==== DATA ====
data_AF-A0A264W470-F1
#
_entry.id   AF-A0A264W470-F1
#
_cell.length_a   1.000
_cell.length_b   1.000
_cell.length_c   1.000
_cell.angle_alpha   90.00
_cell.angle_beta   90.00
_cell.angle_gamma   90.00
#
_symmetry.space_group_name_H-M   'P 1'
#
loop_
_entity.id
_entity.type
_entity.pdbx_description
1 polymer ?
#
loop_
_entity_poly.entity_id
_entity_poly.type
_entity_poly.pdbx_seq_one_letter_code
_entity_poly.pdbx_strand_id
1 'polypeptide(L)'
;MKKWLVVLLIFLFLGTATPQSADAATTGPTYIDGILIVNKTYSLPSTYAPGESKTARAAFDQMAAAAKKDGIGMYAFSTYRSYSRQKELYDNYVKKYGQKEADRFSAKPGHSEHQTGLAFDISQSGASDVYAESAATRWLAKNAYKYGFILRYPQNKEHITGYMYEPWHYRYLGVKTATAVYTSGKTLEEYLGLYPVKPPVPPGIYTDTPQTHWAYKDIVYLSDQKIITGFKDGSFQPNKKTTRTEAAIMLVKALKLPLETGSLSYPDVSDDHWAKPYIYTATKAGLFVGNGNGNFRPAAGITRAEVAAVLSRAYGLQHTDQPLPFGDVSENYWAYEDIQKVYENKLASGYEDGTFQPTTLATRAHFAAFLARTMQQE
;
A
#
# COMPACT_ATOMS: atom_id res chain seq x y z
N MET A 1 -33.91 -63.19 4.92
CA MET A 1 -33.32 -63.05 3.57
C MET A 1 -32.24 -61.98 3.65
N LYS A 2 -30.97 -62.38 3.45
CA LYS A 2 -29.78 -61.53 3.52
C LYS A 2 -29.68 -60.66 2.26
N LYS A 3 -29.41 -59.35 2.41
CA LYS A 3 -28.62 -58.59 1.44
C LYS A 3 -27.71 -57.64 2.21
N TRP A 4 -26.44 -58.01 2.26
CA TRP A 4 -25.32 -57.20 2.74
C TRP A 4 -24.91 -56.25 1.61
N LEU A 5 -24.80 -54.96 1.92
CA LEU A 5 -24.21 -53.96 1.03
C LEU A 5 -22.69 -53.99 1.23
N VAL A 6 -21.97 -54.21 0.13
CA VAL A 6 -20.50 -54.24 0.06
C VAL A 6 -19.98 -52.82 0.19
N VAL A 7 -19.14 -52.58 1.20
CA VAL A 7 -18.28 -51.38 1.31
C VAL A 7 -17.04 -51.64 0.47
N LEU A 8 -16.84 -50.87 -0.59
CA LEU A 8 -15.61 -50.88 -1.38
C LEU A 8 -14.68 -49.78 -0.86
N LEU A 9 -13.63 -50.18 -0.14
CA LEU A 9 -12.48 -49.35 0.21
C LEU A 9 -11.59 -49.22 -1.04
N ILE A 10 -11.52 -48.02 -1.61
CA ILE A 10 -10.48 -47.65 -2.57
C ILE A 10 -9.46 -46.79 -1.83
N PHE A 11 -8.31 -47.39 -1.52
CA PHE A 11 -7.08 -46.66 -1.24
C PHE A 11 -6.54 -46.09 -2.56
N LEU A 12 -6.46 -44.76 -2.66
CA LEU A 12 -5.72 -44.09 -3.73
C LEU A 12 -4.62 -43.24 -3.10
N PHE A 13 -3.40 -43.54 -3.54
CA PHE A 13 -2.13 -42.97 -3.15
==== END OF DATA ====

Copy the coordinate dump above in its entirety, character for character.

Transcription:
data_AF-A0A264W470-F1
#
_entry.id   AF-A0A264W470-F1
#
_cell.length_a   1.000
_cell.length_b   1.000
_cell.length_c   1.000
_cell.angle_alpha   90.00
_cell.angle_beta   90.00
_cell.angle_gamma   90.00
#
_symmetry.space_group_name_H-M   'P 1'
#
loop_
_entity.id
_entity.type
_entity.pdbx_description
1 polymer ?
#
loop_
_entity_poly.entity_id
_entity_poly.type
_entity_poly.pdbx_seq_one_letter_code
_entity_poly.pdbx_strand_id
1 'polypeptide(L)'
;MKKWLVVLLIFLFLGTATPQSADAATTGPTYIDGILIVNKTYSLPSTYAPGESKTARAAFDQMAAAAKKDGIGMYAFSTYRSYSRQKELYDNYVKKYGQKEADRFSAKPGHSEHQTGLAFDISQSGASDVYAESAATRWLAKNAYKYGFILRYPQNKEHITGYMYEPWHYRYLGVKTATAVYTSGKTLEEYLGLYPVKPPVPPGIYTDTPQTHWAYKDIVYLSDQKIITGFKDGSFQPNKKTTRTEAAIMLVKALKLPLETGSLSYPDVSDDHWAKPYIYTATKAGLFVGNGNGNFRPAAGITRAEVAAVLSRAYGLQHTDQPLPFGDVSENYWAYEDIQKVYENKLASGYEDGTFQPTTLATRAHFAAFLARTMQQE
;
A
#
# COMPACT_ATOMS: atom_id res chain seq x y z
N MET A 1 -33.91 -63.19 4.92
CA MET A 1 -33.32 -63.05 3.57
C MET A 1 -32.24 -61.98 3.65
N LYS A 2 -30.97 -62.38 3.45
CA LYS A 2 -29.78 -61.53 3.52
C LYS A 2 -29.68 -60.66 2.26
N LYS A 3 -29.41 -59.35 2.41
CA LYS A 3 -28.62 -58.59 1.44
C LYS A 3 -27.71 -57.64 2.21
N TRP A 4 -26.44 -58.01 2.26
CA TRP A 4 -25.32 -57.20 2.74
C TRP A 4 -24.91 -56.25 1.61
N LEU A 5 -24.80 -54.96 1.92
CA LEU A 5 -24.21 -53.96 1.03
C LEU A 5 -22.69 -53.99 1.23
N VAL A 6 -21.97 -54.21 0.13
CA VAL A 6 -20.50 -54.24 0.06
C VAL A 6 -19.98 -52.82 0.19
N VAL A 7 -19.14 -52.58 1.20
CA VAL A 7 -18.28 -51.38 1.31
C VAL A 7 -17.04 -51.64 0.47
N LEU A 8 -16.84 -50.87 -0.59
CA LEU A 8 -15.61 -50.88 -1.38
C LEU A 8 -14.68 -49.78 -0.86
N LEU A 9 -13.63 -50.18 -0.14
CA LEU A 9 -12.48 -49.35 0.21
C LEU A 9 -11.59 -49.22 -1.04
N ILE A 10 -11.52 -48.02 -1.61
CA ILE A 10 -10.48 -47.65 -2.57
C ILE A 10 -9.46 -46.79 -1.83
N PHE A 11 -8.31 -47.39 -1.52
CA PHE A 11 -7.08 -46.66 -1.24
C PHE A 11 -6.54 -46.09 -2.56
N LEU A 12 -6.46 -44.76 -2.66
CA LEU A 12 -5.72 -44.09 -3.73
C LEU A 12 -4.62 -43.24 -3.10
N PHE A 13 -3.40 -43.54 -3.54
CA PHE A 13 -2.13 -42.97 -3.15